It is wellknown that there exists a (justly celebrated) topological proof of the infinitude of primes (Hillel Fürstenburg, 1955). Does there also exist an algebraic proof?
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[I don't really know what constitutes an "algebraic proof" of infinitude of prime numbers.] The proof that BCnrd alludes to above is described in somewhat more length on p. 5 of http://math.uga.edu/~pete/4400primes.pdf For those who have seen this argument before: I would like to actually include a citation to something written by Washington but I have not been able to find such a document. Does anyone know of one? It is also possible to prove more general algebraic results by Euclidstyle proofs. One such result appeared on a UGA qualifying exam in algebra some years ago:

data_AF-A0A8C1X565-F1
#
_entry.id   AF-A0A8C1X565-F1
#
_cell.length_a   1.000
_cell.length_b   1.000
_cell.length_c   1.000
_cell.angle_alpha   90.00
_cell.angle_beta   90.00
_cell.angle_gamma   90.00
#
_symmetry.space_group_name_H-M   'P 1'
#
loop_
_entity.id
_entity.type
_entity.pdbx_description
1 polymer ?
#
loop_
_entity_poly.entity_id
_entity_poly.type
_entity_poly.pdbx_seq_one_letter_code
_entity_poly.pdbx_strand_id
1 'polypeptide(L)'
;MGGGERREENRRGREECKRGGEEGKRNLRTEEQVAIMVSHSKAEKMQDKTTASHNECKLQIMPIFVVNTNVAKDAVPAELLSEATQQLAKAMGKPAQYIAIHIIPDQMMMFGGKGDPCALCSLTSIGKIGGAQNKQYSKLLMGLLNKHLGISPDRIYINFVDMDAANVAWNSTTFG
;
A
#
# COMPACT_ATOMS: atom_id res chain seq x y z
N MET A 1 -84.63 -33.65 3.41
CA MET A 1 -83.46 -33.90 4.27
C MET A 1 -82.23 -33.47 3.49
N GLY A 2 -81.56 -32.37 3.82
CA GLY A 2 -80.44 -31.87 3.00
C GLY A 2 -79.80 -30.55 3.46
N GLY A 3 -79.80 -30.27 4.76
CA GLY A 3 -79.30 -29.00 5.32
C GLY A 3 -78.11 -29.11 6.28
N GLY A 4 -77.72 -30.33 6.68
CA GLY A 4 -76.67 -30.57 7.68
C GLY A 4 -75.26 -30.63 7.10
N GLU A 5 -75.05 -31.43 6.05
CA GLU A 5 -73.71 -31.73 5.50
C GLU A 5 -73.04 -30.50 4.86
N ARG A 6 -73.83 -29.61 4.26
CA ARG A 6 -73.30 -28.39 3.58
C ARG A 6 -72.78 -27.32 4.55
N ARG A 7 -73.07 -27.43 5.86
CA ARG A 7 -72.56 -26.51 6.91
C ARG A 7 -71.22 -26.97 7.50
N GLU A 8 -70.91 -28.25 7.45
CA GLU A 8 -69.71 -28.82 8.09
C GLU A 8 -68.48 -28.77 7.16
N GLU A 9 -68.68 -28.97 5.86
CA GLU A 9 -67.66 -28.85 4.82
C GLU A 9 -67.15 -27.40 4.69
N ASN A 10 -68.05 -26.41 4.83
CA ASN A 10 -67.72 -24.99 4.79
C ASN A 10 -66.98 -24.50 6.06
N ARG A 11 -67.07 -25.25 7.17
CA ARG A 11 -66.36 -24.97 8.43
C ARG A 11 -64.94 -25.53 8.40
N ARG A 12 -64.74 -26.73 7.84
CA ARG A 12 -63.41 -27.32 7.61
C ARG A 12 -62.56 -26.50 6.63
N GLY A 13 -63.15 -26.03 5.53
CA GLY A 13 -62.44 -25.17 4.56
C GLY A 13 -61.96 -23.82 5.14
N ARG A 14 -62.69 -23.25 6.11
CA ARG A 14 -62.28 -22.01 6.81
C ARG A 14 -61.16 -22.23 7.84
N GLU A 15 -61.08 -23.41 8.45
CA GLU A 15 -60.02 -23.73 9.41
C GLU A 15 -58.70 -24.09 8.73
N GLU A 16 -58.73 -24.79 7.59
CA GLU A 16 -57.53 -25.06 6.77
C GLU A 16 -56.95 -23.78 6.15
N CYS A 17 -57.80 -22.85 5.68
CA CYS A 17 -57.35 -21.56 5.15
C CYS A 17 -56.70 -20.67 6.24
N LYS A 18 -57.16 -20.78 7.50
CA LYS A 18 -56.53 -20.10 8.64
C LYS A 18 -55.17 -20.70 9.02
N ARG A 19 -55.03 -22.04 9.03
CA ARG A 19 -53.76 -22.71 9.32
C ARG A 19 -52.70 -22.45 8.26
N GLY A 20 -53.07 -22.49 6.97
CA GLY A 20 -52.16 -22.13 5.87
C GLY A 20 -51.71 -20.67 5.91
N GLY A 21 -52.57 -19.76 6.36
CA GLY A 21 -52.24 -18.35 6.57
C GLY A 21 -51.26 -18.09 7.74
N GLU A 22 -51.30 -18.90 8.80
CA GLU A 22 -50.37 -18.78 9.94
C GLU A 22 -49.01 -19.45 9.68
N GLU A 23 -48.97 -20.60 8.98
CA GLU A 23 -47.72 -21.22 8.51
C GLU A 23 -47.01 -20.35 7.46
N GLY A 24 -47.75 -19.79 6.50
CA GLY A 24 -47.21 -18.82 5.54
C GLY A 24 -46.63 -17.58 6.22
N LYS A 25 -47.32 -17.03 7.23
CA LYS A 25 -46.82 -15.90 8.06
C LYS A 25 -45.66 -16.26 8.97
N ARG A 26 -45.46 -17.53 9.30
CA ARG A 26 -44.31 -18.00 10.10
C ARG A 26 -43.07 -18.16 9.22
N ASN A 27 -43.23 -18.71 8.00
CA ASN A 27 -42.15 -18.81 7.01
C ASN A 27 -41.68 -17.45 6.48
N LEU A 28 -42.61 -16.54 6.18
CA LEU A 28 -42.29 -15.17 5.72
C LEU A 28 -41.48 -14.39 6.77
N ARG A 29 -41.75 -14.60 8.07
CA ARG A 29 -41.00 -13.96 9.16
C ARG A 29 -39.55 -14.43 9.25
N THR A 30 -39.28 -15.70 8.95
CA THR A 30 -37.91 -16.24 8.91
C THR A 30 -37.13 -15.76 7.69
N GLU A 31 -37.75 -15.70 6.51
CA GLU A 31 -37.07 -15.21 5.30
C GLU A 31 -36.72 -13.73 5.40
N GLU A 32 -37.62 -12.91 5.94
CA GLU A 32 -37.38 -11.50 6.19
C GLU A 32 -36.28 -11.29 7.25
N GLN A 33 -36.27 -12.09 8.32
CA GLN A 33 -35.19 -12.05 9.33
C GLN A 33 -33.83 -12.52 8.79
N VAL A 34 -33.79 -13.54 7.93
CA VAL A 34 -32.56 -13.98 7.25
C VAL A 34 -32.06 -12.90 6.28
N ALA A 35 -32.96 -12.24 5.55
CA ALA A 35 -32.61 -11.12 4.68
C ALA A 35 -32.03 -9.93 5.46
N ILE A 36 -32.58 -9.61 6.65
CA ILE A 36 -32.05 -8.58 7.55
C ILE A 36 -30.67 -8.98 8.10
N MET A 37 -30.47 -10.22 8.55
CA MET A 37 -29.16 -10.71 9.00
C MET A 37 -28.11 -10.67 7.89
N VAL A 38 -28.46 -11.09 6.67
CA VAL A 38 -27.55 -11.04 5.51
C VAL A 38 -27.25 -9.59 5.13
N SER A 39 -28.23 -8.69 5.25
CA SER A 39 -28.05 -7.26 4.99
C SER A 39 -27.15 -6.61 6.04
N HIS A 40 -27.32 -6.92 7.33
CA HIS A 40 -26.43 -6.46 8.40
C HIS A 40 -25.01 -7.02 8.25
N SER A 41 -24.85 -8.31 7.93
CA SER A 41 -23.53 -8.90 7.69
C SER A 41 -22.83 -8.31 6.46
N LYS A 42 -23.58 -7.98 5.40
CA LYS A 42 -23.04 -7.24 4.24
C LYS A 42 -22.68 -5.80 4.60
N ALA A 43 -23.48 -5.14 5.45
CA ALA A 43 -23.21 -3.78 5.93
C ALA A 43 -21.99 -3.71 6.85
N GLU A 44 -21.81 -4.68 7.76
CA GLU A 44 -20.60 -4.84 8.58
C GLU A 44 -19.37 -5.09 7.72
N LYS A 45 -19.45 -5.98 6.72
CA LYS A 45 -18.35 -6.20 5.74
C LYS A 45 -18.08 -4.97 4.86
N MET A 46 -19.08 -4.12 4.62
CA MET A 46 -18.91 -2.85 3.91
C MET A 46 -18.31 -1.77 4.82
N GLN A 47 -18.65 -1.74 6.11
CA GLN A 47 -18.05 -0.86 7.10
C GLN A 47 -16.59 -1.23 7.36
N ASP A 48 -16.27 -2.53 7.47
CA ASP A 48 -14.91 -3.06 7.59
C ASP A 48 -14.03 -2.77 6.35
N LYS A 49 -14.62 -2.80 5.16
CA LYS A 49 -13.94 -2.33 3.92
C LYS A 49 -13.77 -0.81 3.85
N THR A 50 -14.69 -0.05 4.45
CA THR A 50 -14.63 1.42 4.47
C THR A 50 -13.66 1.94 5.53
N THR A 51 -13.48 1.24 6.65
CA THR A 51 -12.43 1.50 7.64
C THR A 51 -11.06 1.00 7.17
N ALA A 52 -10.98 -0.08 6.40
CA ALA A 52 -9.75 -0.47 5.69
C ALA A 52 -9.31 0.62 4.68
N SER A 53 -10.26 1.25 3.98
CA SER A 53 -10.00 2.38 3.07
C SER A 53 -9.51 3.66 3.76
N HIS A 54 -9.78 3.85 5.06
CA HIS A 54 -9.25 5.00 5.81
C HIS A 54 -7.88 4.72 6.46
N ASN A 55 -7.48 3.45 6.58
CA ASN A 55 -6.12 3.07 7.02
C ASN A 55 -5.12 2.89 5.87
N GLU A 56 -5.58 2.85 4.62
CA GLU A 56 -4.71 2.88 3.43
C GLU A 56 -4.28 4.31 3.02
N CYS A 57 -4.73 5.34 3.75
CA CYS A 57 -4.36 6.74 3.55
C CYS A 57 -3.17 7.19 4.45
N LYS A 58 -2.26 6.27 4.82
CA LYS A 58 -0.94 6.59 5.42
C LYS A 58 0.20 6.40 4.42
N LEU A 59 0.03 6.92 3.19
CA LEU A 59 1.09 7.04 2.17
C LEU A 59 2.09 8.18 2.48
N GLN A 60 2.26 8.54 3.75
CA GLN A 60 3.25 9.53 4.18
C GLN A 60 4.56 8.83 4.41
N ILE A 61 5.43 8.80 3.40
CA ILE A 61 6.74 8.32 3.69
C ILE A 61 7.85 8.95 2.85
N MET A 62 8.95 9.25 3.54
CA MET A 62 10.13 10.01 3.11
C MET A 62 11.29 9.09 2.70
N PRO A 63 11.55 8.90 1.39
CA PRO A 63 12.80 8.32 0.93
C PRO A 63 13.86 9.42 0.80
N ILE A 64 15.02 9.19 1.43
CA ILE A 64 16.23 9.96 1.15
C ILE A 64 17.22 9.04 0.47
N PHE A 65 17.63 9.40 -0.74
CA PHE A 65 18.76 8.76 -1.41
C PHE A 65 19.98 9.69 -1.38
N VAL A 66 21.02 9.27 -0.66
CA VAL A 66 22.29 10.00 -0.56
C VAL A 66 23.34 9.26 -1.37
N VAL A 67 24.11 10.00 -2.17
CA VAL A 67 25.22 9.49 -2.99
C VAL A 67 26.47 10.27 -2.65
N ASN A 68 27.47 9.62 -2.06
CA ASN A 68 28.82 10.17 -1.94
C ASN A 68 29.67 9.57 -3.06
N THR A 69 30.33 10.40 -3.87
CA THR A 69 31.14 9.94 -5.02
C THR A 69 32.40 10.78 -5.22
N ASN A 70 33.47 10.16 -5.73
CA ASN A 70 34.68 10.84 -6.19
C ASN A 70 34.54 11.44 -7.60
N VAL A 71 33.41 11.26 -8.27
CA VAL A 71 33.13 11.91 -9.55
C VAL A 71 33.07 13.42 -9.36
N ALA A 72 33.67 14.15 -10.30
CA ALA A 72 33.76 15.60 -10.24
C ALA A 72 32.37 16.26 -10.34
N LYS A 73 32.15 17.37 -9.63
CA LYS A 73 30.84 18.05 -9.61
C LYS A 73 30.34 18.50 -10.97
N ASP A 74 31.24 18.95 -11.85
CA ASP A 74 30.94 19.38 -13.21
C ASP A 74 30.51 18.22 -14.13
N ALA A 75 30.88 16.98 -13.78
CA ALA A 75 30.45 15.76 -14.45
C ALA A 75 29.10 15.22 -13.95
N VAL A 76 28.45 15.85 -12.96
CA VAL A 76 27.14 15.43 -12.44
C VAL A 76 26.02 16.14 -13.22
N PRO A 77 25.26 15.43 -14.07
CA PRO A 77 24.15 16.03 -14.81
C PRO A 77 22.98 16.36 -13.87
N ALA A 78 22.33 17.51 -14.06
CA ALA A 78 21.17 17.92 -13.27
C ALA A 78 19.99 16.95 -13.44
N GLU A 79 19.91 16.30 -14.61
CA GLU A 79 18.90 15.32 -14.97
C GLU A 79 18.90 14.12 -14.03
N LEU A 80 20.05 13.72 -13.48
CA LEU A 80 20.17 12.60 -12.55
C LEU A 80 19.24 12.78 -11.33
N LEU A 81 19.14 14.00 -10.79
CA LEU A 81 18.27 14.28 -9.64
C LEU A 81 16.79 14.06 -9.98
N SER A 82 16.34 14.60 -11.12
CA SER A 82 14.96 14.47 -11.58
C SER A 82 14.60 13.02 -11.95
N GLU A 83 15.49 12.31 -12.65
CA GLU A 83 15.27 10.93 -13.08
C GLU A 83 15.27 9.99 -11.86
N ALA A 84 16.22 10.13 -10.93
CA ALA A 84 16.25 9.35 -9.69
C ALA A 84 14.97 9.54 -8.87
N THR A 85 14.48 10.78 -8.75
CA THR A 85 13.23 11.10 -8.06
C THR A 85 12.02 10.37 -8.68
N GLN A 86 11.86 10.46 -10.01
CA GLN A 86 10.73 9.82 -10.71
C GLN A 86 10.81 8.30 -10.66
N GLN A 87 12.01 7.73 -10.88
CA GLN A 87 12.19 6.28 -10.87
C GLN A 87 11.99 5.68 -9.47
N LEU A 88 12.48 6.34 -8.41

As Mr. Bill Dubuque pointed out on another forum, this problem goes back at least as far as Kaplansky's Commutative Rings book. He also remarked that it is no harder to prove a slight generalization: if $R$ is ininite and $\# R > \# R^{\times})$, then $R$ has infinitely many maximal ideals. I also posted the following question on the other forum several years ago: what is an example of a ring satisfying the hypotheses of this result for which it would otherwise be difficult to see that it has infinitely many maximal ideals?